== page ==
Fletcher Paper on the Seminole Tribe and the Origins of Indian Gaming

At the invitation of Alex Pearl and the FIU Law Review to write a symposium piece on Florida Indian history and law, a challenge for me since I know very little about it, I came up with “The Seminole Tribe and the Origins of Indian Gaming.” Assuming the law review finds it publishable, it will appear in the FIU Law Review alongside the work of luminaries like Siegfriend Weissner and Sarah Krakoff.

Here is the abstract:

The Seminole Tribe of Florida has played perhaps the most important role in the origins and development of Indian gaming in the United States of any single tribe. The tribe opened the first tribally owned high stakes bingo hall in 1979. The tribe in 1981 was involved in one of the earliest lower court decisions forming the basis of the legal theory excluding most states from the regulation of high stakes bingo, a theory that Congress largely codified in the Indian Gaming Regulatory Act (IGRA) years later. The tribe was a party to the Supreme Court decision in 1996 that radically altered the bargaining power between tribes and states over the negotiation and regulation of casino-style gaming under IGRA. And more recently, the tribe has been a leading participant in negotiations and litigation over the regulatory landscape of Indian gaming after the 1996 decision. The Tribe is one of the most successful Indian gaming tribes in the nation.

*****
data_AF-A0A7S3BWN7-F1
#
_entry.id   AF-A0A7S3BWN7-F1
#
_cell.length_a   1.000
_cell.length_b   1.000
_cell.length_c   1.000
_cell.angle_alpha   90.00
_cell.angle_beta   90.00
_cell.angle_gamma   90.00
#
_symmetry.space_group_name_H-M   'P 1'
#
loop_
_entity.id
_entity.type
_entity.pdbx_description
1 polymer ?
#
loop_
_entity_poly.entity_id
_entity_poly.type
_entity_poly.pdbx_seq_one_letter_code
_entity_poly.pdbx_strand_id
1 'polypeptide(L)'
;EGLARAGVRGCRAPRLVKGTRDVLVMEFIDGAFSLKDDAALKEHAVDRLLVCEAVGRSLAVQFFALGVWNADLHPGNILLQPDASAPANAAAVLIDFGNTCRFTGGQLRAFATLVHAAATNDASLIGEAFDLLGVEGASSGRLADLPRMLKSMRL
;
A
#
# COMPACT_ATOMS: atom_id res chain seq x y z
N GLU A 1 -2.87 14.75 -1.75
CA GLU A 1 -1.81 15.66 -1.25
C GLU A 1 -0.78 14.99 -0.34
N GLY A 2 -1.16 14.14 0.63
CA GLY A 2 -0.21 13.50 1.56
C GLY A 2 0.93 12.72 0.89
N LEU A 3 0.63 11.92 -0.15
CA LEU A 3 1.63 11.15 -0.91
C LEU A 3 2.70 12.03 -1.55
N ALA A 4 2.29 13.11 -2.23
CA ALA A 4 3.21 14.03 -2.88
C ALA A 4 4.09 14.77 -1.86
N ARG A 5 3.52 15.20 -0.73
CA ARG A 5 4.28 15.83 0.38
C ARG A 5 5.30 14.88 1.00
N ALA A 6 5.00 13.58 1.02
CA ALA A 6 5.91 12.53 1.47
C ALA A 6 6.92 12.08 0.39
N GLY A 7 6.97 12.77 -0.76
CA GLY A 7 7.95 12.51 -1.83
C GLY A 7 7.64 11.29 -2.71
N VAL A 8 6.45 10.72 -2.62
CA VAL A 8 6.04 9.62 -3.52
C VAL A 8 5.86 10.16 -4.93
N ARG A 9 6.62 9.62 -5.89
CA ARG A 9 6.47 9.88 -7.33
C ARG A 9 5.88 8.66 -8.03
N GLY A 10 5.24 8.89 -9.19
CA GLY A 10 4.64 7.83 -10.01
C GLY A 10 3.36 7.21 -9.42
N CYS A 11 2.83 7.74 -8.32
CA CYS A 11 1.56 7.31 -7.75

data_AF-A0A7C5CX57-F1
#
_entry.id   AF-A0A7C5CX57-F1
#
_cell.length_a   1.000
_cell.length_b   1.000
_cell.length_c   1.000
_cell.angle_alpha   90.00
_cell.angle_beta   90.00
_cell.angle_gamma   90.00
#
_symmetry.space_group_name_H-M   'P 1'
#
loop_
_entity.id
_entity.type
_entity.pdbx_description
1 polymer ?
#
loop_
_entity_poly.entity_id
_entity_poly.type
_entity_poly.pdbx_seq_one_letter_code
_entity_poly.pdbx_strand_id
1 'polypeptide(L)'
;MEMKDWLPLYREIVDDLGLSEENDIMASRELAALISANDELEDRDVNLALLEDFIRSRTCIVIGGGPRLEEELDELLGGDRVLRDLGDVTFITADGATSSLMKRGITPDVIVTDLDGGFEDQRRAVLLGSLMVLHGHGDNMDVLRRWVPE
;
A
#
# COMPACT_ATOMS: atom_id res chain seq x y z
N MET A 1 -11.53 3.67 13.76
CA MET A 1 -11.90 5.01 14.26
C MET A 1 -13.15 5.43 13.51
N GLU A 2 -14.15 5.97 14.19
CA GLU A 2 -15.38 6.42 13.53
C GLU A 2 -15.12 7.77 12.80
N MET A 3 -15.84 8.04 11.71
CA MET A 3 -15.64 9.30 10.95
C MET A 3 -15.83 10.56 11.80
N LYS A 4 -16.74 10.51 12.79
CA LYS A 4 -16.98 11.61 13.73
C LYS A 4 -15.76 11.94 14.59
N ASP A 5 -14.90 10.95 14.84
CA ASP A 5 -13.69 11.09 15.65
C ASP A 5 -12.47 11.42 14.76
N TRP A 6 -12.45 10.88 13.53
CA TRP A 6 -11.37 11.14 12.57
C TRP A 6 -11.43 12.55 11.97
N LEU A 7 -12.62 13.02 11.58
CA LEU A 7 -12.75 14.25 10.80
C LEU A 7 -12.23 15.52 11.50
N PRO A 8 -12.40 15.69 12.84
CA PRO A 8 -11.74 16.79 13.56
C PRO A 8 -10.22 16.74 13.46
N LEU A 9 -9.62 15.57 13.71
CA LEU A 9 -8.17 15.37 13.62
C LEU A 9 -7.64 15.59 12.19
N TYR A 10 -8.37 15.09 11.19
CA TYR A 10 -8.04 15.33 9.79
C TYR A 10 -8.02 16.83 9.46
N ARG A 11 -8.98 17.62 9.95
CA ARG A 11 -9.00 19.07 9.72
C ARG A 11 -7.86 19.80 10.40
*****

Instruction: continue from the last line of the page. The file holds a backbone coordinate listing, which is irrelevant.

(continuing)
This paper traces that history, but also offers thoughts on how the culture and traditional governance structures of the Seminole Tribe played a part in its leadership role in the arena of Indian gaming.

This entry was posted in Author: Matthew L.M. Fletcher, cultural resources, economic development, gaming, IGRA, legal history, Legislation, Scholarship, tribal courts and tagged , , , , , , , . Bookmark the permalink.

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